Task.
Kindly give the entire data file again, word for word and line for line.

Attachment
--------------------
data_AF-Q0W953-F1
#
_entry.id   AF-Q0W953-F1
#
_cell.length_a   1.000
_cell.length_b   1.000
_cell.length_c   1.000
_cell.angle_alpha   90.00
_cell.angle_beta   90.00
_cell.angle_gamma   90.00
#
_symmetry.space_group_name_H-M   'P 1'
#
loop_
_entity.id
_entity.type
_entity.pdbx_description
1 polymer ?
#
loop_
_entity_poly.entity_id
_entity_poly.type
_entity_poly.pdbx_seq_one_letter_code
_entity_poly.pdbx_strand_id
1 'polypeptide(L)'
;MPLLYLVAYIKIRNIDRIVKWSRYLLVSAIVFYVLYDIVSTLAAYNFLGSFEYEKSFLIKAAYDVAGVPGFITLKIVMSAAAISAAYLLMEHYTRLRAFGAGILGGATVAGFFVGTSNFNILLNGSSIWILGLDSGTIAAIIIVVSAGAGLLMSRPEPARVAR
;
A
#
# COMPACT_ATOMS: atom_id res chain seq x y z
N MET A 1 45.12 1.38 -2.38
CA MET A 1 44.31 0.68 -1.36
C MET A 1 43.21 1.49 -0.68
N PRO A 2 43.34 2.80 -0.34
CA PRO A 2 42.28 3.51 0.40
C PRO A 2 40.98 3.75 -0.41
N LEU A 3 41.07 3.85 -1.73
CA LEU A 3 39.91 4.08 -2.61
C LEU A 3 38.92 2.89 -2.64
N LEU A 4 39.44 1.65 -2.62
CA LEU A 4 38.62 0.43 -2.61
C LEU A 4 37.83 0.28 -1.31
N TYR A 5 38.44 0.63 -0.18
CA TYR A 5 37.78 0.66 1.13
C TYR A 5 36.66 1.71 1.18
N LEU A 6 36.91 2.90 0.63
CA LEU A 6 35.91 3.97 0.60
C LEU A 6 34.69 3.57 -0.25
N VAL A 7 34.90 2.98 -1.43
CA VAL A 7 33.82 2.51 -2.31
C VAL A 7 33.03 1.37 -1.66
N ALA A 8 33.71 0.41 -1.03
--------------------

data_AF-Q0W953-F1
#
_entry.id   AF-Q0W953-F1
#
_cell.length_a   1.000
_cell.length_b   1.000
_cell.length_c   1.000
_cell.angle_alpha   90.00
_cell.angle_beta   90.00
_cell.angle_gamma   90.00
#
_symmetry.space_group_name_H-M   'P 1'
#
loop_
_entity.id
_entity.type
_entity.pdbx_description
1 polymer ?
#
loop_
_entity_poly.entity_id
_entity_poly.type
_entity_poly.pdbx_seq_one_letter_code
_entity_poly.pdbx_strand_id
1 'polypeptide(L)'
;MPLLYLVAYIKIRNIDRIVKWSRYLLVSAIVFYVLYDIVSTLAAYNFLGSFEYEKSFLIKAAYDVAGVPGFITLKIVMSAAAISAAYLLMEHYTRLRAFGAGILGGATVAGFFVGTSNFNILLNGSSIWILGLDSGTIAAIIIVVSAGAGLLMSRPEPARVAR
;
A
#
# COMPACT_ATOMS: atom_id res chain seq x y z
N MET A 1 45.12 1.38 -2.38
CA MET A 1 44.31 0.68 -1.36
C MET A 1 43.21 1.49 -0.68
N PRO A 2 43.34 2.80 -0.34
CA PRO A 2 42.28 3.51 0.40
C PRO A 2 40.98 3.75 -0.41
N LEU A 3 41.07 3.85 -1.73
CA LEU A 3 39.91 4.08 -2.61
C LEU A 3 38.92 2.89 -2.64
N LEU A 4 39.44 1.65 -2.62
CA LEU A 4 38.62 0.43 -2.61
C LEU A 4 37.83 0.28 -1.31
N TYR A 5 38.44 0.63 -0.18
CA TYR A 5 37.78 0.66 1.13
C TYR A 5 36.66 1.71 1.18
N LEU A 6 36.91 2.90 0.63
CA LEU A 6 35.91 3.97 0.60
C LEU A 6 34.69 3.57 -0.25
N VAL A 7 34.90 2.98 -1.43
CA VAL A 7 33.82 2.51 -2.31
C VAL A 7 33.03 1.37 -1.66
N ALA A 8 33.71 0.41 -1.03